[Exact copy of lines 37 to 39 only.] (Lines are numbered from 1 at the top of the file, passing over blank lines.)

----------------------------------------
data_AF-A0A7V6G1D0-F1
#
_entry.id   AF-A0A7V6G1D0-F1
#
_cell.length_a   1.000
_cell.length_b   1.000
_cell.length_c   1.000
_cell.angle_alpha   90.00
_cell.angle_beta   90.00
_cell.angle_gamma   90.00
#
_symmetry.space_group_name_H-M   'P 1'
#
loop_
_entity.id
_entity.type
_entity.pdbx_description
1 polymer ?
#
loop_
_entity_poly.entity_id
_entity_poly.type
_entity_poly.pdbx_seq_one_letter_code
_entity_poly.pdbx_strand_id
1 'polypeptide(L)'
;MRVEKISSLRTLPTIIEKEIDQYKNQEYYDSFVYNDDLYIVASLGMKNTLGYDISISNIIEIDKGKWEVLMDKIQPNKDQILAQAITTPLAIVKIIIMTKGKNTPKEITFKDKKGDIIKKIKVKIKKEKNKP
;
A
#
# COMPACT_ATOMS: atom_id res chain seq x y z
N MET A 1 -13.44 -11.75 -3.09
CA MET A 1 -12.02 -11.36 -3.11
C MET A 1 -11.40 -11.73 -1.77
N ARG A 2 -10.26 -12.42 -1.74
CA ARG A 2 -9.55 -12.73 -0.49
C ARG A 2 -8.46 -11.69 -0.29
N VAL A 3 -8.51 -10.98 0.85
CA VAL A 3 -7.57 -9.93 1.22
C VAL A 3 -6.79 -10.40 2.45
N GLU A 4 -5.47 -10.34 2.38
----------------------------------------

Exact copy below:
N VAL A 3 -8.51 -10.98 0.85
CA VAL A 3 -7.57 -9.93 1.22
C VAL A 3 -6.79 -10.40 2.45